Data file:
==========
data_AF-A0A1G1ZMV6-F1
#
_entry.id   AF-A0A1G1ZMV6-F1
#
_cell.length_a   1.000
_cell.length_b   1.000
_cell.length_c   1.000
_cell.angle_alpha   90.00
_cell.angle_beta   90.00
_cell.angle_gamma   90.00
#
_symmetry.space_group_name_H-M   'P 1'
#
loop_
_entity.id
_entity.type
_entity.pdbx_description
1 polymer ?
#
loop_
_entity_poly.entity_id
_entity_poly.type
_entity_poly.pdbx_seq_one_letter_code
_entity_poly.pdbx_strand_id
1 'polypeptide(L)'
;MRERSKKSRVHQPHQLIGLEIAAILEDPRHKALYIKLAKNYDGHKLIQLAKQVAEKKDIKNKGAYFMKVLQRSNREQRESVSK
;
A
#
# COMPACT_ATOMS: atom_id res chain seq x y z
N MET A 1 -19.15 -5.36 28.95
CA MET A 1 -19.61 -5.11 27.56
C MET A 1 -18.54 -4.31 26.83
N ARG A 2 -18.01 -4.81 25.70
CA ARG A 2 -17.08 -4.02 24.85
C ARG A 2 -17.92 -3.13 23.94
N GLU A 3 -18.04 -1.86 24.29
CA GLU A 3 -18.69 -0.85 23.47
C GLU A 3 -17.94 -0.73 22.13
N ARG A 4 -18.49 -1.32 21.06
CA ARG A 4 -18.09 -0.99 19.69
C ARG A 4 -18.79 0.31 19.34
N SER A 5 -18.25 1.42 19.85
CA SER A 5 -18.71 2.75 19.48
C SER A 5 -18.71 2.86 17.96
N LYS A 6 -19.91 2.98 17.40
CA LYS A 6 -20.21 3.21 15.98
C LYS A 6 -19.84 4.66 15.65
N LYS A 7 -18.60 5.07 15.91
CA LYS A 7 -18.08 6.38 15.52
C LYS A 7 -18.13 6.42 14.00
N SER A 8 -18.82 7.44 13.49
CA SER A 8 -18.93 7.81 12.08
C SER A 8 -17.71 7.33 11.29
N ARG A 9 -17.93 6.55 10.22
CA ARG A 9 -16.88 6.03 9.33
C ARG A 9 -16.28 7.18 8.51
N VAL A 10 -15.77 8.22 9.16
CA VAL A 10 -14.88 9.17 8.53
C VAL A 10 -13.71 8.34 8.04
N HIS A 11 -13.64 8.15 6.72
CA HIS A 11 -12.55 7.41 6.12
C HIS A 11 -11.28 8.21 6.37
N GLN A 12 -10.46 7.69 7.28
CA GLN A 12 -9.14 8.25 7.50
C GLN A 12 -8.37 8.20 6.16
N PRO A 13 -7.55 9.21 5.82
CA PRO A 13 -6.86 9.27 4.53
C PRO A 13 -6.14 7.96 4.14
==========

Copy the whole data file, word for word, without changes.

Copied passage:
data_AF-A0A1G1ZMV6-F1
#
_entry.id   AF-A0A1G1ZMV6-F1
#
_cell.length_a   1.000
_cell.length_b   1.000
_cell.length_c   1.000
_cell.angle_alpha   90.00
_cell.angle_beta   90.00
_cell.angle_gamma   90.00
#
_symmetry.space_group_name_H-M   'P 1'
#
loop_
_entity.id
_entity.type
_entity.pdbx_description
1 polymer ?
#
loop_
_entity_poly.entity_id
_entity_poly.type
_entity_poly.pdbx_seq_one_letter_code
_entity_poly.pdbx_strand_id
1 'polypeptide(L)'
;MRERSKKSRVHQPHQLIGLEIAAILEDPRHKALYIKLAKNYDGHKLIQLAKQVAEKKDIKNKGAYFMKVLQRSNREQRESVSK
;
A
#
# COMPACT_ATOMS: atom_id res chain seq x y z
N MET A 1 -19.15 -5.36 28.95
CA MET A 1 -19.61 -5.11 27.56
C MET A 1 -18.54 -4.31 26.83
N ARG A 2 -18.01 -4.81 25.70
CA ARG A 2 -17.08 -4.02 24.85
C ARG A 2 -17.92 -3.13 23.94
N GLU A 3 -18.04 -1.86 24.29
CA GLU A 3 -18.69 -0.85 23.47
C GLU A 3 -17.94 -0.73 22.13
N ARG A 4 -18.49 -1.32 21.06
CA ARG A 4 -18.09 -0.99 19.69
C ARG A 4 -18.79 0.31 19.34
N SER A 5 -18.25 1.42 19.85
CA SER A 5 -18.71 2.75 19.48
C SER A 5 -18.71 2.86 17.96
N LYS A 6 -19.91 2.98 17.40
CA LYS A 6 -20.21 3.21 15.98
C LYS A 6 -19.84 4.66 15.65
N LYS A 7 -18.60 5.07 15.91
CA LYS A 7 -18.08 6.38 15.52
C LYS A 7 -18.13 6.42 14.00
N SER A 8 -18.82 7.44 13.49
CA SER A 8 -18.93 7.81 12.08
C SER A 8 -17.71 7.33 11.29
N ARG A 9 -17.93 6.55 10.22
CA ARG A 9 -16.88 6.03 9.33
C ARG A 9 -16.28 7.18 8.51
N VAL A 10 -15.77 8.22 9.16
CA VAL A 10 -14.88 9.17 8.53
C VAL A 10 -13.71 8.34 8.04
N HIS A 11 -13.64 8.15 6.72
CA HIS A 11 -12.55 7.41 6.12
C HIS A 11 -11.28 8.21 6.37
N GLN A 12 -10.46 7.69 7.28
CA GLN A 12 -9.14 8.25 7.50
C GLN A 12 -8.37 8.20 6.16
N PRO A 13 -7.55 9.21 5.82
CA PRO A 13 -6.86 9.27 4.53
C PRO A 13 -6.14 7.96 4.14